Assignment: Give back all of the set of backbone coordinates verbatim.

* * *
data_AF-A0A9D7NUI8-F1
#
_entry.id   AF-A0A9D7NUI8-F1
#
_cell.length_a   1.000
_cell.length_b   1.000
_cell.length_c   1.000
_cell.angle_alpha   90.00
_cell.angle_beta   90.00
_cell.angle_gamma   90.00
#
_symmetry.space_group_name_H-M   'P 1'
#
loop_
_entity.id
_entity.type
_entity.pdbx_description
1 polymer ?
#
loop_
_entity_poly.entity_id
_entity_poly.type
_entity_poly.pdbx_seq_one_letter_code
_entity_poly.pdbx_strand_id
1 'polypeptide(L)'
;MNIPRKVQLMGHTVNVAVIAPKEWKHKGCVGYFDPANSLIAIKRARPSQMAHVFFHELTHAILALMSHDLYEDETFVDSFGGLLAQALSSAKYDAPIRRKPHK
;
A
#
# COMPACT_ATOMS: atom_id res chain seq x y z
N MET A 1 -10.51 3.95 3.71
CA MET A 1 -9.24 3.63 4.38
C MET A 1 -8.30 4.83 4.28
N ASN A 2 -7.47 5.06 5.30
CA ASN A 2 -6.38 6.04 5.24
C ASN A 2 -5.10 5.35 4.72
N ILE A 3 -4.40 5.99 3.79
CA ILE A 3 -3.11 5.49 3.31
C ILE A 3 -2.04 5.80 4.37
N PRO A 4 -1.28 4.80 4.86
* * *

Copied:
data_AF-A0A9D7NUI8-F1
#
_entry.id   AF-A0A9D7NUI8-F1
#
_cell.length_a   1.000
_cell.length_b   1.000
_cell.length_c   1.000
_cell.angle_alpha   90.00
_cell.angle_beta   90.00
_cell.angle_gamma   90.00
#
_symmetry.space_group_name_H-M   'P 1'
#
loop_
_entity.id
_entity.type
_entity.pdbx_description
1 polymer ?
#
loop_
_entity_poly.entity_id
_entity_poly.type
_entity_poly.pdbx_seq_one_letter_code
_entity_poly.pdbx_strand_id
1 'polypeptide(L)'
;MNIPRKVQLMGHTVNVAVIAPKEWKHKGCVGYFDPANSLIAIKRARPSQMAHVFFHELTHAILALMSHDLYEDETFVDSFGGLLAQALSSAKYDAPIRRKPHK
;
A
#
# COMPACT_ATOMS: atom_id res chain seq x y z
N MET A 1 -10.51 3.95 3.71
CA MET A 1 -9.24 3.63 4.38
C MET A 1 -8.30 4.83 4.28
N ASN A 2 -7.47 5.06 5.30
CA ASN A 2 -6.38 6.04 5.24
C ASN A 2 -5.10 5.35 4.72
N ILE A 3 -4.40 5.99 3.79
CA ILE A 3 -3.11 5.49 3.31
C ILE A 3 -2.04 5.80 4.37
N PRO A 4 -1.28 4.80 4.86